In 2008 when Harshita Verma decided to walk away from her first job at an information technology services company after barely two months into it, she could have been accused of being too picky. Her reason was that she was "not comfortable with the structure" and the managers there had not defined her key result areas.
Verma, who is Associate Manager - Corporate Brand and Relations at Apollo Tyres, has seen drastic changes in the way the tyre maker manages talent at the company. It skips top engineering and business schools and hires only from second rung institutes because their alumni stay longer. Apollo's HR chief Tapan Mitra has found another magnet for twentysomethings: a mandatory, structured training programme.
Still, faced with the challenge of engaging youngsters at their plants, the company has introduced the concept of mentors for its graduate engineer trainees at its plant in Baroda, Gujarat. "The environment at the plant is difficult. Not just for work. The mentors help youngsters deal with issues beyond work," says Mitra. Another change: performance feedback is now given every three months instead of 12 months earlier.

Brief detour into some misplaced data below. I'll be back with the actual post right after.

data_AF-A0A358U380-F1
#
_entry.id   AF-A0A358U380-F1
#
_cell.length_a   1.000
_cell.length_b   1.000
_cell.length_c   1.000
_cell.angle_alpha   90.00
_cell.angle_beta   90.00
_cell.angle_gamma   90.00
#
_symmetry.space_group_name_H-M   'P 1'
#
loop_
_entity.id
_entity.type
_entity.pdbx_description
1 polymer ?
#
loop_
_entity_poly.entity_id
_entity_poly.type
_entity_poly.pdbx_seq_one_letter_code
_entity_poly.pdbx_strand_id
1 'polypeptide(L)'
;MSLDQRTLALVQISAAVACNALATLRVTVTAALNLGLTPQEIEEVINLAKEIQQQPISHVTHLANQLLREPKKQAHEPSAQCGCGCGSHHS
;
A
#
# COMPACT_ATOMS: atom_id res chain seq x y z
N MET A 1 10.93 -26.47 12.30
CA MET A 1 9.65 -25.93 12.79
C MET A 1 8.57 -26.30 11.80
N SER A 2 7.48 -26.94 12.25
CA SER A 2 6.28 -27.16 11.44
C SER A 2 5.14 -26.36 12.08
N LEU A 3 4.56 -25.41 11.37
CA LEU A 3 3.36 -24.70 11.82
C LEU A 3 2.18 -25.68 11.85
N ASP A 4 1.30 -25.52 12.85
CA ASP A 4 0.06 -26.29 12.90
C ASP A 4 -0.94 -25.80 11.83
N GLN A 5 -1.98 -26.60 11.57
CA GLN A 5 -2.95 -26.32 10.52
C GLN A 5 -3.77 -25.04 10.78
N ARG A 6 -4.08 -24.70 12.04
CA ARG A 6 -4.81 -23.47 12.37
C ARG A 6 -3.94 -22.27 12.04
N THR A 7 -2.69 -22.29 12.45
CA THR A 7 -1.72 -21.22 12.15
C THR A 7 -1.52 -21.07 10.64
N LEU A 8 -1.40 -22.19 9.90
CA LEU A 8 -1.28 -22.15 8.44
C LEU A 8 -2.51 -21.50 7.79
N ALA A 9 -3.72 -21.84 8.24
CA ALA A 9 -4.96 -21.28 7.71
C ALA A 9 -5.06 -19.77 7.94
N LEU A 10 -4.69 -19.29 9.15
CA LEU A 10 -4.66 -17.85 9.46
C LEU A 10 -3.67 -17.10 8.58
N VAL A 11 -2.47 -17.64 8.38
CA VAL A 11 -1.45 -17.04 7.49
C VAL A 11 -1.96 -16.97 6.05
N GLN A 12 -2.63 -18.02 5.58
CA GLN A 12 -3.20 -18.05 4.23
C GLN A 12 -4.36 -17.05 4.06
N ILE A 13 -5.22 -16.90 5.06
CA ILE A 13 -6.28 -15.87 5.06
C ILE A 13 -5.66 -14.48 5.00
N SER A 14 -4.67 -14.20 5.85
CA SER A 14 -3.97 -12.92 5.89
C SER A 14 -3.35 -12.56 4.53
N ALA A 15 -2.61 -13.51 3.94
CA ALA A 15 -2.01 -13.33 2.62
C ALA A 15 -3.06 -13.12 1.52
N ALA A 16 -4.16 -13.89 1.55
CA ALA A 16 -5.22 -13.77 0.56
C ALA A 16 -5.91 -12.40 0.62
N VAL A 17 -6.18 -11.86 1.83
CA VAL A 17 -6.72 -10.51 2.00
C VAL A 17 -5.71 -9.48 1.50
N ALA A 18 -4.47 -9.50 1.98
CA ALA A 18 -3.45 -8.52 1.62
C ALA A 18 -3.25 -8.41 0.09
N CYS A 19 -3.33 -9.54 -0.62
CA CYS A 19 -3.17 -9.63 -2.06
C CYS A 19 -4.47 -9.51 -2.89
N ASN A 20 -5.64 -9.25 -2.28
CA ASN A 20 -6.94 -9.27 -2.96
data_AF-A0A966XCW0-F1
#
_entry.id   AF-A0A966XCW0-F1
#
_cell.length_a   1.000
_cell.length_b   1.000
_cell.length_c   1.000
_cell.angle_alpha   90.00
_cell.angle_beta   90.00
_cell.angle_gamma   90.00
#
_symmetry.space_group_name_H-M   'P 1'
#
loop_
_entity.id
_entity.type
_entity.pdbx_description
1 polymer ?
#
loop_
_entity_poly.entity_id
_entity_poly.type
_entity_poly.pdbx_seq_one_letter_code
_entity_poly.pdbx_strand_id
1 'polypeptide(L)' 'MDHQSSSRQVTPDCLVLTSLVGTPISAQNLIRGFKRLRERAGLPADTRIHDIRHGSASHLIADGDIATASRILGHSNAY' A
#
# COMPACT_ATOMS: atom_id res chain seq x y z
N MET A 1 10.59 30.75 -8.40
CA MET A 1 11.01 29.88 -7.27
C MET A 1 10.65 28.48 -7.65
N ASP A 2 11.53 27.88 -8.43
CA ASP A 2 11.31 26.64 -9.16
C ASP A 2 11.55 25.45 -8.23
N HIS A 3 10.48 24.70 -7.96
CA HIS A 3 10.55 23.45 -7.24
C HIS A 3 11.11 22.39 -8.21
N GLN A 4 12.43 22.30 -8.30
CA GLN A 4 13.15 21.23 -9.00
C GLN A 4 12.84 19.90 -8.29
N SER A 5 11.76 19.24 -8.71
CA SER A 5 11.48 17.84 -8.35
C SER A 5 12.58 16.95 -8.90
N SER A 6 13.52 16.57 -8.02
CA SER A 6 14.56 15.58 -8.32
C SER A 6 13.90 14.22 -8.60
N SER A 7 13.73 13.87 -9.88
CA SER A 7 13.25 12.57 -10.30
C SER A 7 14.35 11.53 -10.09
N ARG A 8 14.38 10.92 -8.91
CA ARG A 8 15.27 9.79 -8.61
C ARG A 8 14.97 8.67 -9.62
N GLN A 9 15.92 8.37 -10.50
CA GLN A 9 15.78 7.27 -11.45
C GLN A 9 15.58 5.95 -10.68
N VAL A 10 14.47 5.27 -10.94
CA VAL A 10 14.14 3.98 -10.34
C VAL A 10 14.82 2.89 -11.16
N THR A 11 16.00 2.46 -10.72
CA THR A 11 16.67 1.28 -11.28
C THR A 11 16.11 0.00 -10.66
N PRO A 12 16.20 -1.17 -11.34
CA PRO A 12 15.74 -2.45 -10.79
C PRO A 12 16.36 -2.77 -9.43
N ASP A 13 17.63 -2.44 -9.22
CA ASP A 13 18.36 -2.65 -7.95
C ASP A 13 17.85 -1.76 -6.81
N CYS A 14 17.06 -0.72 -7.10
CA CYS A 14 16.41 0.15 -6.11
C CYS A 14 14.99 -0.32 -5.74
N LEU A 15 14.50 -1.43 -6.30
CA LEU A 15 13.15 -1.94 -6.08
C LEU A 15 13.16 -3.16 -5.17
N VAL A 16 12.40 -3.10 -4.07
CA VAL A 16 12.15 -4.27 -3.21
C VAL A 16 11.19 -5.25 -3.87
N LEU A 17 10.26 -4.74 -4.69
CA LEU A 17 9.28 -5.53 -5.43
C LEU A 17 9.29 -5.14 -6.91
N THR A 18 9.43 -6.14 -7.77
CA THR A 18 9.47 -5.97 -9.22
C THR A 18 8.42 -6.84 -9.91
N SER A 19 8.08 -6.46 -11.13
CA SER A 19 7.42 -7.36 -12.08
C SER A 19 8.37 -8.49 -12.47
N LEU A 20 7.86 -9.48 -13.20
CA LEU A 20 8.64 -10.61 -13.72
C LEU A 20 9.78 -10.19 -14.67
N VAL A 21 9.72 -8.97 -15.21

Even as all this rolls out, Apollo Tyres and its young and the restless are clear that salary hikes do not work as a retention tool. "Nobody wants lifelong employment. And they are very upfront about it," Mitra says. That's one learning India Inc. will find hard to digest.